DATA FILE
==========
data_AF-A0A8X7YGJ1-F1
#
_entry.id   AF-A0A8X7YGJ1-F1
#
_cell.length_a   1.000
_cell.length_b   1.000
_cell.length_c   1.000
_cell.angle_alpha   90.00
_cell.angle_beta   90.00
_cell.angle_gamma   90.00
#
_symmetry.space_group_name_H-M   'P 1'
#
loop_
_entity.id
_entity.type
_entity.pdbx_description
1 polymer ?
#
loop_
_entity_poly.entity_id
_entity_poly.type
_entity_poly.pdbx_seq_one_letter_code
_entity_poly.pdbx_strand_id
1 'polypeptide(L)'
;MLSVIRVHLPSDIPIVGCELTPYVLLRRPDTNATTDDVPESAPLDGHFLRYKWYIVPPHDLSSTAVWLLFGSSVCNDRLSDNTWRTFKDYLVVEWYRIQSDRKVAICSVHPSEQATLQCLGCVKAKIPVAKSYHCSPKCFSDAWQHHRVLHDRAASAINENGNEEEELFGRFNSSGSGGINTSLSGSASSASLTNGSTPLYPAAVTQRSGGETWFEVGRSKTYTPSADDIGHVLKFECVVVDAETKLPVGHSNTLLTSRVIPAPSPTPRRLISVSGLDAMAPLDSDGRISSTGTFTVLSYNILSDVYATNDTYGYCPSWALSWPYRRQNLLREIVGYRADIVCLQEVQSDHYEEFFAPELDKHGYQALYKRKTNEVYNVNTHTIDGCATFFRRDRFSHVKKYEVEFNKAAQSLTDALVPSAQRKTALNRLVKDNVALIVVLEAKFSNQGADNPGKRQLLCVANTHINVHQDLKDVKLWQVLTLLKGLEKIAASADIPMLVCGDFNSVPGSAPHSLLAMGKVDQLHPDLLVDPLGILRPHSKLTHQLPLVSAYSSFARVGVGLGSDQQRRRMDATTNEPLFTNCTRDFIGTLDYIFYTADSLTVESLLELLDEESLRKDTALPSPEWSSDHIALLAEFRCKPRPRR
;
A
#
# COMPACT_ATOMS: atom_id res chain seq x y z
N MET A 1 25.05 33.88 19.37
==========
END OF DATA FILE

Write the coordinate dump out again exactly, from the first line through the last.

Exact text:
data_AF-A0A8X7YGJ1-F1
#
_entry.id   AF-A0A8X7YGJ1-F1
#
_cell.length_a   1.000
_cell.length_b   1.000
_cell.length_c   1.000
_cell.angle_alpha   90.00
_cell.angle_beta   90.00
_cell.angle_gamma   90.00
#
_symmetry.space_group_name_H-M   'P 1'
#
loop_
_entity.id
_entity.type
_entity.pdbx_description
1 polymer ?
#
loop_
_entity_poly.entity_id
_entity_poly.type
_entity_poly.pdbx_seq_one_letter_code
_entity_poly.pdbx_strand_id
1 'polypeptide(L)'
;MLSVIRVHLPSDIPIVGCELTPYVLLRRPDTNATTDDVPESAPLDGHFLRYKWYIVPPHDLSSTAVWLLFGSSVCNDRLSDNTWRTFKDYLVVEWYRIQSDRKVAICSVHPSEQATLQCLGCVKAKIPVAKSYHCSPKCFSDAWQHHRVLHDRAASAINENGNEEEELFGRFNSSGSGGINTSLSGSASSASLTNGSTPLYPAAVTQRSGGETWFEVGRSKTYTPSADDIGHVLKFECVVVDAETKLPVGHSNTLLTSRVIPAPSPTPRRLISVSGLDAMAPLDSDGRISSTGTFTVLSYNILSDVYATNDTYGYCPSWALSWPYRRQNLLREIVGYRADIVCLQEVQSDHYEEFFAPELDKHGYQALYKRKTNEVYNVNTHTIDGCATFFRRDRFSHVKKYEVEFNKAAQSLTDALVPSAQRKTALNRLVKDNVALIVVLEAKFSNQGADNPGKRQLLCVANTHINVHQDLKDVKLWQVLTLLKGLEKIAASADIPMLVCGDFNSVPGSAPHSLLAMGKVDQLHPDLLVDPLGILRPHSKLTHQLPLVSAYSSFARVGVGLGSDQQRRRMDATTNEPLFTNCTRDFIGTLDYIFYTADSLTVESLLELLDEESLRKDTALPSPEWSSDHIALLAEFRCKPRPRR
;
A
#
# COMPACT_ATOMS: atom_id res chain seq x y z
N MET A 1 25.05 33.88 19.37